Drawers and Doors and Dentures


Drawers and Doors and Dentures

It's taken me a long time to figure this out and it shouldn't have been so difficult. Part of the reason my parent's assisted living apartment is so, so cluttered is because they don't open drawers or doors very often anymore. This has any number of repercussions. First of all, if they don't see food on the counter or on the coffee table, they are obviously out of food and need to go to the store. It doesn't matter that their cupboards, refrigerator, and freezer are full, there is nothing to eat. The same goes with clothes. Unless they are on the floor, piled high on the wheelchair, dresser, and bed, they can't find their clothes. The closet doors are never closed, so I suppose once in awhile they choose something from the closet to wear, but I suspect the bigger reason is because their is so much stuff piled up around the doors, they can't close anymore.

As I said, it shouldn't have taken me this long to figure it out. The aha moment came when I went to pick Mom and Dad up for their dentist appointments and physicals. I knew it would be an all day excursion as there is a lot of sitting and waiting involved. I brought my knitting.

I got to the apartment to find out Mom had lost her teeth. She couldn't figure out where they could possibly be! Yes, she'd had them earlier in the day. She showed me the plastic dish, placed precariously on the edge of the sink, where she put them at night. We looked for 20 minutes or so before I finally said we'd need to go without them. I would help her look when we got back, I promised, even though I knew it could take a week to reach the next stratum.

Got to the clinic, dentist appointments were first. Seems that both Mom and Dad have inflamed gums and Dad has a sore on his. They were NOT to wear their dentures for at least another week. Great. Might give us time to find Mom's! However, the real issue seems to be they aren't cleaning their dentures well enough and they still use too much Fixodent. Denture adhesives are not supposed to be necessary and they can make the dentures not fit right. Mom takes her teeth out at any opportunity. Dad doesn't even take them out at night. In fact, when he took them out and handed them to the nice, new dentist, I thought she was going to lose her breakfast. In order to not have to deal with the mess, they will make Dad new dentures. Actually, it's probably time. He's had these for as long as I can remember.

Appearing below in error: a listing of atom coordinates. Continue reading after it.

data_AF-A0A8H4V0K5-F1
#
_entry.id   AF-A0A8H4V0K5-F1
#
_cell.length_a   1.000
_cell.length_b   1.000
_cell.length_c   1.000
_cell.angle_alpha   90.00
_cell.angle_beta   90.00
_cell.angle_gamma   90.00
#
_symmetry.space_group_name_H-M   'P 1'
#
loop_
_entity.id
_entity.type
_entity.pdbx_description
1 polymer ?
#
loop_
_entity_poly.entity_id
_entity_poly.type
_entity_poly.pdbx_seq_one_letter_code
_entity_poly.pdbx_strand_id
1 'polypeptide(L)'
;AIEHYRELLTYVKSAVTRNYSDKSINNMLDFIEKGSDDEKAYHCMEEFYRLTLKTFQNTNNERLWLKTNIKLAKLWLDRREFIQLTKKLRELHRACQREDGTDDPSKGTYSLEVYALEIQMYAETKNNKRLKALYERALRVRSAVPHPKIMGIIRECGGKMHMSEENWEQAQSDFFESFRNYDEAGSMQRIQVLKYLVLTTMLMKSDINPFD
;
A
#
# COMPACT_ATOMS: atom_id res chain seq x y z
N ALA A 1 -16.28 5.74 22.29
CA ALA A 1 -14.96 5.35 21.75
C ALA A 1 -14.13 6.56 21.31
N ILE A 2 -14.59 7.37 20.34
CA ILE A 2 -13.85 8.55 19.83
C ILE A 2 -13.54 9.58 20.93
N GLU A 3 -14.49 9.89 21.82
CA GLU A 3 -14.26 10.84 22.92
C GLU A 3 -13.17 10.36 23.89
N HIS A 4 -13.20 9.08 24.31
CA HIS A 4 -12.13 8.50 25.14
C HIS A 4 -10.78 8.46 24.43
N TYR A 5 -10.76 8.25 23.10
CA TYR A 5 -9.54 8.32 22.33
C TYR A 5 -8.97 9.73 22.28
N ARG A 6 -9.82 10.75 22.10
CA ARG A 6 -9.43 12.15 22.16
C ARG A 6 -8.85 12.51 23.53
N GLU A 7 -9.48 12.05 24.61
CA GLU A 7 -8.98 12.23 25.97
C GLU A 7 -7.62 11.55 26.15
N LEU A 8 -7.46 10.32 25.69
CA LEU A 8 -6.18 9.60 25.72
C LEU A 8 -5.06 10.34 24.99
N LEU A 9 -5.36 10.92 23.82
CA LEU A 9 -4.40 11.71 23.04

The rest of the visit went okay. Their physicals didn't reveal anything new. They're 88 and 93 now. Nothing new is good.

Then, back to the apartment where Mom started hunting for her teeth again. I assured her that the dentist would make her new ones if she couldn't find hers. Then I spied her teeth sitting neatly on the dresser. An aide had found them tangled in the bed sheets. Before she could turn and see them, too, I scooped them up and put them in my bag. I know she would have started wearing them again. I have both Mom and Dad's dentures at my house. The dentist had been concerned about their nutrition. What would they be able to eat? She instructed me to feed them pureed food and liquids. Great. The facility does not do special diets. I swore under my breath as I saw one more layer of care duty added to my schedule. I would have to bring them meals.

Had I thought about it more, I shouldn't have worried too much and the swearing was entirely unnecessary. Last night Mom managed to eat an entire bratwurst on a bun with no teeth. Dad managed two bowls of soup! He has been mostly living on Ensure lately, so the two bowls of soup was more real food than he usually eats.

When I got home, physically and mentally exhausted, my husband and daughter were talking about this wonderful woman they'd read about who had lived to be 108 years old. My mental math is not the greatest, but I quickly realized if Mom were to live to be 108, that would be 20 more years! I'd be 80. I've already been their primary caregiver for 9 years. I panicked. As much as we don't like to think of our carees' passing, the thought of either one of them being around for another 20 years?

The swearing I did then was entirely appropriate.

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Oh, Goldie. You work so so hard on behalf of your family. You amaze me.